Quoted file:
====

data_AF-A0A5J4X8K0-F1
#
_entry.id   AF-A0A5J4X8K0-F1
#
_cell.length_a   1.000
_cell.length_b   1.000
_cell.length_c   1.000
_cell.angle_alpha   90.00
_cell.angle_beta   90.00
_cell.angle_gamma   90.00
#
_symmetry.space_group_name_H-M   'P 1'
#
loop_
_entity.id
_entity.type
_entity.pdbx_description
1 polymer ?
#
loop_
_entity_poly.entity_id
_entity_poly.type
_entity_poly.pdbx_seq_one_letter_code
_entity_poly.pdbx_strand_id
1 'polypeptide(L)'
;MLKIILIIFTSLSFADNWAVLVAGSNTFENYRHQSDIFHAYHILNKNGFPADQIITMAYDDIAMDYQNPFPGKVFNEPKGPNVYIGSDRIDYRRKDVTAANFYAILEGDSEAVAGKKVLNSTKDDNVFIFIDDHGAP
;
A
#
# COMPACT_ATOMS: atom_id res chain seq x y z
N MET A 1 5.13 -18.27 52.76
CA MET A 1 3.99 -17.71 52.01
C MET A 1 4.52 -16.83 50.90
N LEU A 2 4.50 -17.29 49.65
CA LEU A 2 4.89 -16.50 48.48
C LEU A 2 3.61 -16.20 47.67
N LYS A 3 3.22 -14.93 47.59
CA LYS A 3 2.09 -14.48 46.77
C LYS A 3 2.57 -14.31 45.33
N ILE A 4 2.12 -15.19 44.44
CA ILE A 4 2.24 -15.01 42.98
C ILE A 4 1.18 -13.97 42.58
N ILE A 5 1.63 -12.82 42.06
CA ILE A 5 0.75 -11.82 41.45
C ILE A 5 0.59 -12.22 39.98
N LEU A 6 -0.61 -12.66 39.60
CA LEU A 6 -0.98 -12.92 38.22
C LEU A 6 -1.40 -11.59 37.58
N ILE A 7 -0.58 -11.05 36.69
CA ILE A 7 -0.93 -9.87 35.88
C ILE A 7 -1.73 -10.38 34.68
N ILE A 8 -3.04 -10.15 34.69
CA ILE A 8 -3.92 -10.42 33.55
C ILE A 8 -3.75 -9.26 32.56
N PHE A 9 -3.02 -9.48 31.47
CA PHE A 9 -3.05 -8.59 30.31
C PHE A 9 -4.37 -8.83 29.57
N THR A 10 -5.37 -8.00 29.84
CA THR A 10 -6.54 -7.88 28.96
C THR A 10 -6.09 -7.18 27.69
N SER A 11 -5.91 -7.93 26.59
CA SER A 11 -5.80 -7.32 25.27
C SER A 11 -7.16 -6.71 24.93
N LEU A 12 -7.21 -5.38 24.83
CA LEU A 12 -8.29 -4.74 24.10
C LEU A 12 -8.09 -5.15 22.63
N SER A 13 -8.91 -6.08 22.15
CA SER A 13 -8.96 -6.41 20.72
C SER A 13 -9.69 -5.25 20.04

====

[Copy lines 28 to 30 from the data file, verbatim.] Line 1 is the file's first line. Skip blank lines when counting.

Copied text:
A
#
# COMPACT_ATOMS: atom_id res chain seq x y z